Kilkenny have this racket all tied up
TV VIEW:The Cats are like the Martina Navratilova of hurling, brilliant but too many of their games finish as no contests, writes MARY HANNIGAN
COME FULL-TIME yesterday, Ger Loughnane shared with us a premonition he’d had a decade and a bit ago, one that he revealed wasn’t half as harrowing as what turned out to be.
“I was thinking back to the autumn of 1998 when I heard that Brian Cody was appointed manager of Kilkenny,” he reminisced. “The one comment I had was ‘we’re all in trouble now’ . . . but I didn’t realise we were in for this kind of trouble.”
Indeed, just the nine All-Ireland titles later. That’s a whole heap of trouble for those non-Kilkenny-ites hoping to pick up more than a sporadic Liam MacCarthy in that time.
Between 1994 and 1999, for example, Cork, Offaly, Clare and Wexford, you might recall, took their turns, but it’s largely been black and amber avarice ever since, with just the odd interruption.
“You’d be hoping now that maybe he would take time out,” said Corkonian Tomás Mulcahy of the Cody man, “maybe to be cutting the lawn, or take up a bit of golf, or train the Kilkenny footballers for a change, or something like that. This is never-ending stuff.”
The panel had, to a man, foreseen a Kilkenny triumph, but they all reckoned it’d be a hell-for-leather far-too-close-to-call affair, all of them enthused about the replay ahead, despite the fact they’d assumed they’d be sipping cocktails on a Caribbean beach by now after a long and rarely hot summer.
“A bonus payment in September,” Michael Lyster consoled them, so that perked them up, Lyster going on to say hello to a bunch of Galway people in Australia who’d come home for the first final, but had to return under down before anyone got their paws on Liam. It was like Larry Gogan doing requests.
Team news. James Skehill was in goal for Galway, despite dislocating his shoulder earlier in the week, Ger not convinced he’d be fit for the occasion, later suggesting you’d want to be “Lazarus” to recover in time from a setback of that nature.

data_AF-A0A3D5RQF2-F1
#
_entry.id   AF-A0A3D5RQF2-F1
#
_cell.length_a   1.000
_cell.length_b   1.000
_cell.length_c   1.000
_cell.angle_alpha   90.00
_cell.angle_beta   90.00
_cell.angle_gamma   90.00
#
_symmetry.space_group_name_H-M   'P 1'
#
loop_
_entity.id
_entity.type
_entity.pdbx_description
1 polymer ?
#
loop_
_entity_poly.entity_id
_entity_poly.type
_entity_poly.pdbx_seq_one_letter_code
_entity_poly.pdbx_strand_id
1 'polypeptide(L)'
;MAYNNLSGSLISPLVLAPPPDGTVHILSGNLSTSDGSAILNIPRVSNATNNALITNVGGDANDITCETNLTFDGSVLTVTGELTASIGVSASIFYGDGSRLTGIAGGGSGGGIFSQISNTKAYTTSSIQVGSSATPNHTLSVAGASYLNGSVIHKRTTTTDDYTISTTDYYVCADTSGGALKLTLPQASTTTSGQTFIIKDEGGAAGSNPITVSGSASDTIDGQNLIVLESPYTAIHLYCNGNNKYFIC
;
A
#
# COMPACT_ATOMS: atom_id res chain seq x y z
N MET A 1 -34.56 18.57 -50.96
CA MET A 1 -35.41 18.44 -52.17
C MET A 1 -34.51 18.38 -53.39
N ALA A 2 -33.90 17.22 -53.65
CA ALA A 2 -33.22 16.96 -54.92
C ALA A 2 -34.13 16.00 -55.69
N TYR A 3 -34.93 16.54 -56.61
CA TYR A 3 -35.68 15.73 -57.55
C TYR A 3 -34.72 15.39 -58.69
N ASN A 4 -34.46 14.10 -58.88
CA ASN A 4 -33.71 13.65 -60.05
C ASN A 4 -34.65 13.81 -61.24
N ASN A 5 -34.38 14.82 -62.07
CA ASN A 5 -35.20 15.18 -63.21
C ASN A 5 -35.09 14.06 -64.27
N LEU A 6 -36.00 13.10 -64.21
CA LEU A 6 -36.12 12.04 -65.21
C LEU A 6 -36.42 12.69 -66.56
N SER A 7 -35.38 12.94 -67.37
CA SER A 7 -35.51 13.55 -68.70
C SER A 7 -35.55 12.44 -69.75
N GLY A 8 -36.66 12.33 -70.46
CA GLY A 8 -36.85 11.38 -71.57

And Walter Walsh making his championship debut for Kilkenny in, like, an All-Ireland final? Hmm. Way too much to ask of a young fella, surely? A sparkling 1-3 later? Ah, go on then.
“I’d say the hair dryer has been going in Kilkenny the last three weeks,” said Tomás, suggesting Cody had Fergusonised his men since the drawn game, but out on the pitch Cyril Farrell, chatting with Darragh Moloney, was confident enough that Galway would blow Kilkenny and their hair-dos in to kingdom come.
Match-time and Ger Canning told us the “floodlights are on and the sun is out”, suggesting the GAA aren’t much in to this energy-conserving lark, and there wasn’t much evidence of David Burke being in to energy-conserving either when he scored two goals in a giddy couple of minutes for Galway.
We were hardly in to the second line of Kilkenny’s obituary when Richie Power did his goal-busting thing, the blizzard of goals leaving all concerned just a tad dizzy.
Half-time and Galway had scored divil a point from play, but Ger Loughnane comforted their supporters by telling them there was “no reason to panic . . . yet.”
(Competition time. “You could be heading off to one of the world’s most amazing cities,” Michael told us, Tomás’s face saying, “Sure, I live in Cork already, like.”)
Second half. Oh Lord. Galway were in trouble now . . . but they didn’t realise they were in for this kind of trouble.
You know, in many senses Kilkenny are the Martina Navratilova of our day. Remember? We used to say ‘yeah, yeah, you’re brill, but . . . tell us something we don’t know.” And we half-pined for someone to take her on, so that the contest wouldn’t be done and dusted by half-ish time. It wasn’t, need it be said, Martina’s fault that she was largely unbeatable at her peak, but, still.
“They’re not loved, but they’re admired,” said Loughnane at full-time, reckoning Kilkenny were Martina-esque, and it’s true, they’re so ridiculously good we very probably won’t appreciate them until they’ve moved on.
Michael Duignan, meanwhile, reminded us of the serious injuries Henry Shefflin has endured through his career, of the shoulder and – twice – cruciate ligament variety, leaving you wondering if the fella would have achieved anything of note if he’d stayed fit. Just the nine medals.
Shefflin could probably have concurred with Nicolas Colsaerts’ summing up of his Ryder Cup (Day One) experience: “There are no tools you can use out there. You’ve just got to go with what you have in your pants.”
More than plenty, as it proved.
All the rest can hope is that Henry and Brian opt now to take up cutting the lawn or playing golf. If they don’t, well, see you next September for the drive for . . . ten.